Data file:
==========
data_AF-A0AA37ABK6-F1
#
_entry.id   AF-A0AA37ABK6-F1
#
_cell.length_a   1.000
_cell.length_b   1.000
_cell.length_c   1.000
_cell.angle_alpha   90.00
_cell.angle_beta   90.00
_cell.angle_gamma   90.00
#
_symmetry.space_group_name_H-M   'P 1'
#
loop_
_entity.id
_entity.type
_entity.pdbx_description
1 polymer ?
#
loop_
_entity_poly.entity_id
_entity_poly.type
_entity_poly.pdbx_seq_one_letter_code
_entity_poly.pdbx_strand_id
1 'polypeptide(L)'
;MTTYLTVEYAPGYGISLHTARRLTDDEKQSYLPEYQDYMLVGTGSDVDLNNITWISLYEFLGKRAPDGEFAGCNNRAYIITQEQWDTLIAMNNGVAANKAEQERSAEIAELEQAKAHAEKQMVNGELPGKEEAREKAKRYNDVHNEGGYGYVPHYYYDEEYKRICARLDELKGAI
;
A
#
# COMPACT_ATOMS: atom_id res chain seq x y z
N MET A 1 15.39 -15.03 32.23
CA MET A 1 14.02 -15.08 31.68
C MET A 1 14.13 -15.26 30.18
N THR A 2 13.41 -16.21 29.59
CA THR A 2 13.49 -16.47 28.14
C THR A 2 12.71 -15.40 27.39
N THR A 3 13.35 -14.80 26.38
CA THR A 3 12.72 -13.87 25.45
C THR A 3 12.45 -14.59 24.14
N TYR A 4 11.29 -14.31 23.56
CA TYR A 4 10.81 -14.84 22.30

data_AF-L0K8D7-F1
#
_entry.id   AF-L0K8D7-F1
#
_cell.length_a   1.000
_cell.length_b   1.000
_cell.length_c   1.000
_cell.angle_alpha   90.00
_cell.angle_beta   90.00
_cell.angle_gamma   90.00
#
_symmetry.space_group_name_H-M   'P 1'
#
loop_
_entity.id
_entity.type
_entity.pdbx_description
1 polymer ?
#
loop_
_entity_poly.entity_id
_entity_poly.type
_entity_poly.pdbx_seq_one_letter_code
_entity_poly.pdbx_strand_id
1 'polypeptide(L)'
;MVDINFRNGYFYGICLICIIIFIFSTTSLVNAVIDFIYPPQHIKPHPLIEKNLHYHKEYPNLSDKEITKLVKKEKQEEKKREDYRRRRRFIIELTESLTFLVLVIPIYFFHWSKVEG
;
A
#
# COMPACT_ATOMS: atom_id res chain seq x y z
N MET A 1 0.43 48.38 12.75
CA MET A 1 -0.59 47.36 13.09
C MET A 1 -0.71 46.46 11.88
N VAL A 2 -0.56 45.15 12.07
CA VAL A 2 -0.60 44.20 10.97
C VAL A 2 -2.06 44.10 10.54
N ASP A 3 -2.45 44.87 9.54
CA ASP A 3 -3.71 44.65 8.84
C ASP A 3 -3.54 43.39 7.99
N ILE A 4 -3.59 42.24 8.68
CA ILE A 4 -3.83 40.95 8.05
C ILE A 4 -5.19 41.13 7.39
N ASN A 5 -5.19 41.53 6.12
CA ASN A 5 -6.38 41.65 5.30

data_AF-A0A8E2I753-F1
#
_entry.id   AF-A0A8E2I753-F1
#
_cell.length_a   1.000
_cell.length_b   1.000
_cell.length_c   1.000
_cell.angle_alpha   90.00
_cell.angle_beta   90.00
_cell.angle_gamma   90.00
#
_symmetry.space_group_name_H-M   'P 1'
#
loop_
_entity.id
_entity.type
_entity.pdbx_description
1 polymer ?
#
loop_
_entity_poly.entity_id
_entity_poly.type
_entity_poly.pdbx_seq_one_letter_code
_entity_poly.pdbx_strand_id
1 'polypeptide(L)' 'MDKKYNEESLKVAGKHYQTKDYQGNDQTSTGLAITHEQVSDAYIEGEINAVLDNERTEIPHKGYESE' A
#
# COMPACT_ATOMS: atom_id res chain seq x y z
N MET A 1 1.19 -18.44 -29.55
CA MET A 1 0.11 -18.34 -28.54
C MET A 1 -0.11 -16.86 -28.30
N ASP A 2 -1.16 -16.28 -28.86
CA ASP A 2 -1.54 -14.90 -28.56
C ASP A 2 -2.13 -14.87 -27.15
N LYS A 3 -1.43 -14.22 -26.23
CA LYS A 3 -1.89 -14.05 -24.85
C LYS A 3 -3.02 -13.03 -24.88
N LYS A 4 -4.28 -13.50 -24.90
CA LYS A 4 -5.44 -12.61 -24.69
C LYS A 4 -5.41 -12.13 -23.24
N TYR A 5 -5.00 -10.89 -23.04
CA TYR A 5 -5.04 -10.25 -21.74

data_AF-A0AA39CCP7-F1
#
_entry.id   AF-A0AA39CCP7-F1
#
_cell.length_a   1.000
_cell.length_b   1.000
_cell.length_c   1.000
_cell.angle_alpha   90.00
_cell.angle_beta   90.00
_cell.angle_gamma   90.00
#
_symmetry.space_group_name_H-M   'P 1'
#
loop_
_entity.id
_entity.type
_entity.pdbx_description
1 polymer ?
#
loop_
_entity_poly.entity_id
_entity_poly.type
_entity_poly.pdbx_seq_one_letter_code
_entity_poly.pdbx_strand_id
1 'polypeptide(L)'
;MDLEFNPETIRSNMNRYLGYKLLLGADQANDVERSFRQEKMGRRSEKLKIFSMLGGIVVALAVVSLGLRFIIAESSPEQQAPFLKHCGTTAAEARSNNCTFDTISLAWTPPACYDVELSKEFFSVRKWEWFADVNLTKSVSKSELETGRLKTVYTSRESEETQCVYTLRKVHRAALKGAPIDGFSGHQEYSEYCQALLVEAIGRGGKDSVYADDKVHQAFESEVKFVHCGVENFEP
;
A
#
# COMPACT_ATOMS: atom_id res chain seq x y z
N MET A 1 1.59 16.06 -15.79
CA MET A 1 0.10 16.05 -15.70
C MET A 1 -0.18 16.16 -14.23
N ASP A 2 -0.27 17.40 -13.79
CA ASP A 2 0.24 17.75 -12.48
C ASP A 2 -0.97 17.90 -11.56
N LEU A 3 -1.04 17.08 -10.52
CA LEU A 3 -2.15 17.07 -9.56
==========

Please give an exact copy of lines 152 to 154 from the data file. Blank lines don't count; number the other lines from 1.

;MDLEFNPETIRSNMNRYLGYKLLLGADQANDVERSFRQEKMGRRSEKLKIFSMLGGIVVALAVVSLGLRFIIAESSPEQQAPFLKHCGTTAAEARSNNCTFDTISLAWTPPACYDVELSKEFFSVRKWEWFADVNLTKSVSKSELETGRLKTVYTSRESEETQCVYTLRKVHRAALKGAPIDGFSGHQEYSEYCQALLVEAIGRGGKDSVYADDKVHQAFESEVKFVHCGVENFEP
;
A